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Panda Er Shun eats bamboo at the Panda House at the Chongqing Zoo in Chongqing, China Saturday February 11, 2012. Two giant pandas including Er Shun will call Canada home for the next 10 years. (Adrian Wyld/The Canadian Press)

Panda Er Shun eats bamboo at the Panda House at the Chongqing Zoo in Chongqing, China Saturday February 11, 2012. Two giant pandas including Er Shun will call Canada home for the next 10 years.

(Adrian Wyld/The Canadian Press)

Toronto-bound pandas were coming to mate, except they're both females Add to ...

It’s a girl!

It turns out that a giant panda, thought to be male and set to come to the Toronto Zoo from China in the spring, is actually female.

The surprise discovery happened when researchers in China collected and analyzed blood samples from the panda named Er Shun.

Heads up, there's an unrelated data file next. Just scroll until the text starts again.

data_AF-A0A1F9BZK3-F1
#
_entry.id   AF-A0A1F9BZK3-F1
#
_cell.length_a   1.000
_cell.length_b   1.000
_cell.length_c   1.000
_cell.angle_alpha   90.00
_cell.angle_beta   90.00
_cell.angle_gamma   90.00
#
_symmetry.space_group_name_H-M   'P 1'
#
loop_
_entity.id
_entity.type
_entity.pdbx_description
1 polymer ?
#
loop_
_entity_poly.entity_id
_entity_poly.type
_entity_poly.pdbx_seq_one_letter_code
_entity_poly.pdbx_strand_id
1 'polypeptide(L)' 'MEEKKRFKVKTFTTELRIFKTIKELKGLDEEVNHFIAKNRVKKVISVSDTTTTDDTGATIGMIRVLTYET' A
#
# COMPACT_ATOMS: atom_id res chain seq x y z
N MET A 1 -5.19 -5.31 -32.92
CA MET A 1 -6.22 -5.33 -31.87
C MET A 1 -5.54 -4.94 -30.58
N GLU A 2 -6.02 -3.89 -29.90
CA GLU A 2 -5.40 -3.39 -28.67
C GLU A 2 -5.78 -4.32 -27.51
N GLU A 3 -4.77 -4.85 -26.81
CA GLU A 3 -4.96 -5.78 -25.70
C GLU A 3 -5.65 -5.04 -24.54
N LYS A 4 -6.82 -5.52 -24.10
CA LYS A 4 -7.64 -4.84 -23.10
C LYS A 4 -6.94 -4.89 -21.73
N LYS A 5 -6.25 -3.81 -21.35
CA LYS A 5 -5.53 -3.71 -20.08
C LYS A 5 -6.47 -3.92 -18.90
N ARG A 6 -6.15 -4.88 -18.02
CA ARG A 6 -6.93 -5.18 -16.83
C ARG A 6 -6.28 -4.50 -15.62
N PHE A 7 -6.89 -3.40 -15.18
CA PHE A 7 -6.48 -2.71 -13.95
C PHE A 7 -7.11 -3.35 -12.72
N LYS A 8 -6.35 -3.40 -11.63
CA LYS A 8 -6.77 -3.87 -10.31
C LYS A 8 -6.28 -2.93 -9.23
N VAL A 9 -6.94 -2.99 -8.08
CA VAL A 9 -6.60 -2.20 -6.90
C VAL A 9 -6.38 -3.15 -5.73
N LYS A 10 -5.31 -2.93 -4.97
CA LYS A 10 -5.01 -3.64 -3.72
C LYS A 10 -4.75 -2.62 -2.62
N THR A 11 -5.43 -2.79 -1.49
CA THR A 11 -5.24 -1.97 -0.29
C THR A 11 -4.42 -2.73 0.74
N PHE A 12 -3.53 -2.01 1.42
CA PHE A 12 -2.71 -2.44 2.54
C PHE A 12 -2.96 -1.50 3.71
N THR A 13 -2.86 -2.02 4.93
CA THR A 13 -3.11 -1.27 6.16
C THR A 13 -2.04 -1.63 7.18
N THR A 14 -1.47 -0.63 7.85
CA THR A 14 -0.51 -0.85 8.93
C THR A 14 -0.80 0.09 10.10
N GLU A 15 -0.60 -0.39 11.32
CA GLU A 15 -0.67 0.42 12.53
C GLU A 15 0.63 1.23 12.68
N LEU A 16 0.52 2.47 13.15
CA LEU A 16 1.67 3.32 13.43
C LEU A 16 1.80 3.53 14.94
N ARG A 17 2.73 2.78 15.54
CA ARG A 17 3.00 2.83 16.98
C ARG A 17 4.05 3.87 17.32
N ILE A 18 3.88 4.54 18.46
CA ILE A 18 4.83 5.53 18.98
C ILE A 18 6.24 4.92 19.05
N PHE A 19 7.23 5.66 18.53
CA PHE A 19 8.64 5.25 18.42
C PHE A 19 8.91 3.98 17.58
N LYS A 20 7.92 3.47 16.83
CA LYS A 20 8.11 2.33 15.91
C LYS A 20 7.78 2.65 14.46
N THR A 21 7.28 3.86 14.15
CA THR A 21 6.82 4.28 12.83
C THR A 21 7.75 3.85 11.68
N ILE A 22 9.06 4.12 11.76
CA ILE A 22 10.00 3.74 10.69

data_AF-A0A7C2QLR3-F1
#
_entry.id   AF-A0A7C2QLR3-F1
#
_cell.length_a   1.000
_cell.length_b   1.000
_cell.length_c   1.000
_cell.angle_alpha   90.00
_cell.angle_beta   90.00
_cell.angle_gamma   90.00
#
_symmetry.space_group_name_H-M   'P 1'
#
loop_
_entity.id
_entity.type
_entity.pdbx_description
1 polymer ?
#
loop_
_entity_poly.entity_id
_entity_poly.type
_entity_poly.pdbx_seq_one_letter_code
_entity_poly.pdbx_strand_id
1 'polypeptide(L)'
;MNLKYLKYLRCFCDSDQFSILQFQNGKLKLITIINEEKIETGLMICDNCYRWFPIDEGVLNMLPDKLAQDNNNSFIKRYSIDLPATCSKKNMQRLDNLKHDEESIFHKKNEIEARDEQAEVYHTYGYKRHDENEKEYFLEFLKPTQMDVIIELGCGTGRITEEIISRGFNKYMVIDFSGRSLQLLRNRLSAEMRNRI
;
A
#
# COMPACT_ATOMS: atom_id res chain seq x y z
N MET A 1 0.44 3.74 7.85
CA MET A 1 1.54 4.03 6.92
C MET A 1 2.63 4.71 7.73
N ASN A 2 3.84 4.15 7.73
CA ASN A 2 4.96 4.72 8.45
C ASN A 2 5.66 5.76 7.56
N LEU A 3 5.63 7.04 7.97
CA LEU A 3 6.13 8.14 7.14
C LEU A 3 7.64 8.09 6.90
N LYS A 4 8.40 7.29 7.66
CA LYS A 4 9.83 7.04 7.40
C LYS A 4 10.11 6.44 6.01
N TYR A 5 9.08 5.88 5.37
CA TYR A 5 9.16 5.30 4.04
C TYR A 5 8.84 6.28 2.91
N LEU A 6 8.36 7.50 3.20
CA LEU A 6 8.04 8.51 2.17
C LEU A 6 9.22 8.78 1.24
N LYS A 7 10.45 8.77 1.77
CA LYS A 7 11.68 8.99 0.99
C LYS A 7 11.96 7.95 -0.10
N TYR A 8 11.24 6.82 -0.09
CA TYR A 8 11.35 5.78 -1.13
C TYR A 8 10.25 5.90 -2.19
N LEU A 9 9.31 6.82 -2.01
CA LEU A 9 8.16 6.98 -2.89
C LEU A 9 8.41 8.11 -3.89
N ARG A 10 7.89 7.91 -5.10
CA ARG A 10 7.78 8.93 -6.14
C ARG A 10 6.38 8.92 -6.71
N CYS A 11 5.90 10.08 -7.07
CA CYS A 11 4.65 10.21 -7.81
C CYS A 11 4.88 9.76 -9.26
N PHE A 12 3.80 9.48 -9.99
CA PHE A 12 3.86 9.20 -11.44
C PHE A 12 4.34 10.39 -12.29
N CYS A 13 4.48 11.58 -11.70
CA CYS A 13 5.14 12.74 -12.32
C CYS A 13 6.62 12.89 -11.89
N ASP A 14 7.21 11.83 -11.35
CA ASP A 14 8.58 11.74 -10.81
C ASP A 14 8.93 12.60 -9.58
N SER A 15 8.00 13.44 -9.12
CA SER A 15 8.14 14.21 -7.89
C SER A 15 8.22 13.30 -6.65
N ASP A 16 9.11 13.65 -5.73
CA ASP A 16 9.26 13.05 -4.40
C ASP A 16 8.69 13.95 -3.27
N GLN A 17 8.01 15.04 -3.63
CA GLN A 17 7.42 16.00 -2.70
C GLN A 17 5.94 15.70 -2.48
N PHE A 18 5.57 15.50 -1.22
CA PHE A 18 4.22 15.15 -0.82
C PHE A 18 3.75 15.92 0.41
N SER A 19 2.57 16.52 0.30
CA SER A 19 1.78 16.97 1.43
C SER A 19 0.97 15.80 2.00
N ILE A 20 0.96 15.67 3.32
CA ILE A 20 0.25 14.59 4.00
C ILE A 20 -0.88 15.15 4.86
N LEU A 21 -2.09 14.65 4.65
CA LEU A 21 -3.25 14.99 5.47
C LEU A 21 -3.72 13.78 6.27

“We’re surprised,” said John Tracogna, the Toronto Zoo’s CEO. “But everything is back on track in identifying the two pandas that are coming – we’re moving forward.”

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It’s a good thing that researchers made the discovery in China. Once the pandas arrive in Canada, the Toronto Zoo will be attempting to breed a pair of cubs, the first experiment of its kind in Canada.

“Obviously you need a male and female for that,” Mr. Tracogna said.

It’s not uncommon to mistake the gender of younger giant pandas, Mr. Tracogna added.

Breeding the pandas is part of a five-year conservation, education and research program that also involves the Calgary Zoo.

The Chinese government has now selected another panda – this time definitely male – to make the journey to Canada.

Er Shun is still coming too, replacing the originally scheduled female panda.

The two pandas will be part of the Toronto Zoo’s Giant Panda Exhibit, set to open in May.

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